1. Cloud-based Host Card Emulation (HCE)
HCE technology enables mobile devices to emulate a contactless card.
For all mobile device operating systems that support HCE, any application in the mobile device can directly access the NFC capabilities to communicate with a merchant’s contactless point of interaction. HCE has therefore eliminated the need to have a Secure Element on the mobile device – consumers can just download an app and enrol.
However, cloud-based payments can present some challenges for MCP issuers, including: (i) the need to meet additional security requirements due to there being no Secure Element; (ii) their availability predominantly for on-line transactions; and (ii) the fact that HCE is not available on all operating systems.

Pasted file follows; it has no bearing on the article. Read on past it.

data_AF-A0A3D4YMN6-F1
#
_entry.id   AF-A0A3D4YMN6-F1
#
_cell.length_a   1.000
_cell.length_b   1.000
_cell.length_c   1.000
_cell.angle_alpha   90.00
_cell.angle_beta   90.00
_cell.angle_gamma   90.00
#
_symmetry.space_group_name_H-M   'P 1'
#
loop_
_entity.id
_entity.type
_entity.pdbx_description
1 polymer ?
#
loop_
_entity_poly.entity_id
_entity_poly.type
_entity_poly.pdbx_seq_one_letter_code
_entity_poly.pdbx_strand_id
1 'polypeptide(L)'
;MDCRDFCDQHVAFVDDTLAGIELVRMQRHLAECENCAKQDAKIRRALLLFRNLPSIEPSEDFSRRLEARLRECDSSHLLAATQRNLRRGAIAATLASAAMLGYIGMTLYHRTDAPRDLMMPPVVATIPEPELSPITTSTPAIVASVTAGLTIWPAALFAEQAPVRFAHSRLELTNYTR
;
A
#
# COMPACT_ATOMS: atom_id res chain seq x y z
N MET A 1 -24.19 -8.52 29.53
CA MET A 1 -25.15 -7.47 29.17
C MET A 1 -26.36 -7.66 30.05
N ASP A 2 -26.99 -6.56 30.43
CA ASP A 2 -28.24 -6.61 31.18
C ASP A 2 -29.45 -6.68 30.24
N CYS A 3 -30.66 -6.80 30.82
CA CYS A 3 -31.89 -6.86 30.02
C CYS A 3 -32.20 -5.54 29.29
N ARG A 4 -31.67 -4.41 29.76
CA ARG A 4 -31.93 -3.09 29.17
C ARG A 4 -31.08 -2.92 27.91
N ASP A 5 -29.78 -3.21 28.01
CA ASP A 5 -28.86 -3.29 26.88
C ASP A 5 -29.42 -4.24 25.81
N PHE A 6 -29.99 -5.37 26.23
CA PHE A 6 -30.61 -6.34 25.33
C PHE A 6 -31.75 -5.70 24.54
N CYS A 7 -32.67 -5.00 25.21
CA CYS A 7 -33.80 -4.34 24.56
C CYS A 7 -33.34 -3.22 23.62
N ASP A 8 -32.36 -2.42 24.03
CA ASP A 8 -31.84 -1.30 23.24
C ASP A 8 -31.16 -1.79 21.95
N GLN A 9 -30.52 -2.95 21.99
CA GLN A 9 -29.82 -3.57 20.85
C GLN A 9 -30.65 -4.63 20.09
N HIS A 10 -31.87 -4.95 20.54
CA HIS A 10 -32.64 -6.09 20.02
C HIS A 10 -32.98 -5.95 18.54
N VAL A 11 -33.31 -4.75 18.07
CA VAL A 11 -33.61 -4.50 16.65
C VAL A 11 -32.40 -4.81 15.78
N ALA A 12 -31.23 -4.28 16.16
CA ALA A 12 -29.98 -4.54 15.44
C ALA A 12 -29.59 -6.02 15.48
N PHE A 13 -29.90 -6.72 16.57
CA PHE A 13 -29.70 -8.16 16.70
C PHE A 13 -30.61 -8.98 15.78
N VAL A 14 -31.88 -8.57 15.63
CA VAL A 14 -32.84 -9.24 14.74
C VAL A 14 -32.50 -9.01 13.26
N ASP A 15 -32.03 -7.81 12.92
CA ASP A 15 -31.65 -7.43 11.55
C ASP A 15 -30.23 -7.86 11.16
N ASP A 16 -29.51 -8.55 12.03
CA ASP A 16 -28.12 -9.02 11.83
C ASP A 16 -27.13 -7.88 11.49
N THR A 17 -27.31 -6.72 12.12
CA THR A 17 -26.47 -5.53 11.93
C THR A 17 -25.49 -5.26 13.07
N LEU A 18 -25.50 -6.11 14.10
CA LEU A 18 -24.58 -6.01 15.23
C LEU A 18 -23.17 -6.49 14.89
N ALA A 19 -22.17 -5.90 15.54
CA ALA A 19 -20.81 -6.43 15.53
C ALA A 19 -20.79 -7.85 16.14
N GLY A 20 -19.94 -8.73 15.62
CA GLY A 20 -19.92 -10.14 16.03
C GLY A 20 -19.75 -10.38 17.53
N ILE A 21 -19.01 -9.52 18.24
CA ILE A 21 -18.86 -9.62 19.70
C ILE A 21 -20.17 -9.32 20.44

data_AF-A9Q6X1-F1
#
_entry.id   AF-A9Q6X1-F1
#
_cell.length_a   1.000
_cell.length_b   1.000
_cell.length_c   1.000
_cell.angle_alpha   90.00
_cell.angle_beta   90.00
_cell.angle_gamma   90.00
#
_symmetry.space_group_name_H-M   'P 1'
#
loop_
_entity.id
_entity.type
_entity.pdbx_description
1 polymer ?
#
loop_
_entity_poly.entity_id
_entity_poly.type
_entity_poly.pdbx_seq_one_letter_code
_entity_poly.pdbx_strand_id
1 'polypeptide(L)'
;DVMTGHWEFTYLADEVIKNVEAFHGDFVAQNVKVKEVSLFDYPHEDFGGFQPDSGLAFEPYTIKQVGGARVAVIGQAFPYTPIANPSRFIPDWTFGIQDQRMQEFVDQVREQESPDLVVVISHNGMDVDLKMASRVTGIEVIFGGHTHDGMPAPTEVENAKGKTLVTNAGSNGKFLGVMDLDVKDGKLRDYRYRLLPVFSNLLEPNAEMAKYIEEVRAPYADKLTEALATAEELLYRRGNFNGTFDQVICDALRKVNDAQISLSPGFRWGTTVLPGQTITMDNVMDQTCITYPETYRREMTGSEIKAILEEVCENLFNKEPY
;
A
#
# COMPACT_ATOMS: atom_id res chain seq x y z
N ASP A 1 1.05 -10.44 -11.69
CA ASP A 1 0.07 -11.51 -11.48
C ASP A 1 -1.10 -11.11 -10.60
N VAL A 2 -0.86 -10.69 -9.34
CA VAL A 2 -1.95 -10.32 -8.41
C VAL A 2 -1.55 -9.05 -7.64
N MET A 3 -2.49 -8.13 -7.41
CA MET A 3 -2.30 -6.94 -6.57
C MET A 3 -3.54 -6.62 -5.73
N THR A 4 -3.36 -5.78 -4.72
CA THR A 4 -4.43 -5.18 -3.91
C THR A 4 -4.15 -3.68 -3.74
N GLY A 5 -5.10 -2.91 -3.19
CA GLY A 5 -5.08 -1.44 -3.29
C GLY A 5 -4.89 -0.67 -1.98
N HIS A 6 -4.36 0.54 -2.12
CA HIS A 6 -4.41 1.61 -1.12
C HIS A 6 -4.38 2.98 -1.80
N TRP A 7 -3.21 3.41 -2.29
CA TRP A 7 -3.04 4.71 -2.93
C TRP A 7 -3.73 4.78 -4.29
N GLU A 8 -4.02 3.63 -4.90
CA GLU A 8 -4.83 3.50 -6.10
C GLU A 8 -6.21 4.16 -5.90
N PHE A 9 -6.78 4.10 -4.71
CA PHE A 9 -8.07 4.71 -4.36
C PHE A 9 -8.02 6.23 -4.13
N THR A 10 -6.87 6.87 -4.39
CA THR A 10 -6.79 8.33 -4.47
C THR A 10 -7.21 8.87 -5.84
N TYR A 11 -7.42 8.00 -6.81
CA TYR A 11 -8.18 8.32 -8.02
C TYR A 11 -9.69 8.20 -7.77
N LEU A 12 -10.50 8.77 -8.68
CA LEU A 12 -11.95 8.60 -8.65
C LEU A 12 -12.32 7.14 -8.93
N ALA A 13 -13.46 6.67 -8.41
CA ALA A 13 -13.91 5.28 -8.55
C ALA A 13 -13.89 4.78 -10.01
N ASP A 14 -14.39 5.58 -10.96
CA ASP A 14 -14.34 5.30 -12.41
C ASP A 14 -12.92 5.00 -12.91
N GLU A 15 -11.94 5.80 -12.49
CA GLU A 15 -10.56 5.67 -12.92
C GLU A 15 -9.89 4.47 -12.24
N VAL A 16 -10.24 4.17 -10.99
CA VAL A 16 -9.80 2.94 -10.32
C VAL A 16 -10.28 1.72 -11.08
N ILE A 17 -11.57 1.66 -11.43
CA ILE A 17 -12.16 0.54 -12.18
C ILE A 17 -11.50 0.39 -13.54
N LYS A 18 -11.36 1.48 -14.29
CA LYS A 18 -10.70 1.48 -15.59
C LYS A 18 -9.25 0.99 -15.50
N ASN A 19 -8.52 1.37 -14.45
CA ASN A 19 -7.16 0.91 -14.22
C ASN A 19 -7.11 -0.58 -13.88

2. New Secure Element types such as embedded Universal Integrated Circuit Card (eUICC) and integrated Secure Elements
The eUICC is a new hardware version of a UICC that is non-removable and built into the mobile device by its manufacturer. It offers the user the possibility to change its mobile network operator over-the-air, without needing to physically change the embedded UICC itself.
Whilst there are a number of advantages of eUICC to MCP issuers (and eUICC it is expected to eventually replace the UICC), the Guidelines also identify certain challenges. In particular, relating to the interoperability between different MCP issuers using different Trusted Service Managers and the set-up of the necessary Service Level Agreements between the MCP issuers and the mobile network operators / Trusted Service Managers.
The Guidelines now incorporate the concept of ‘strong customer authentication’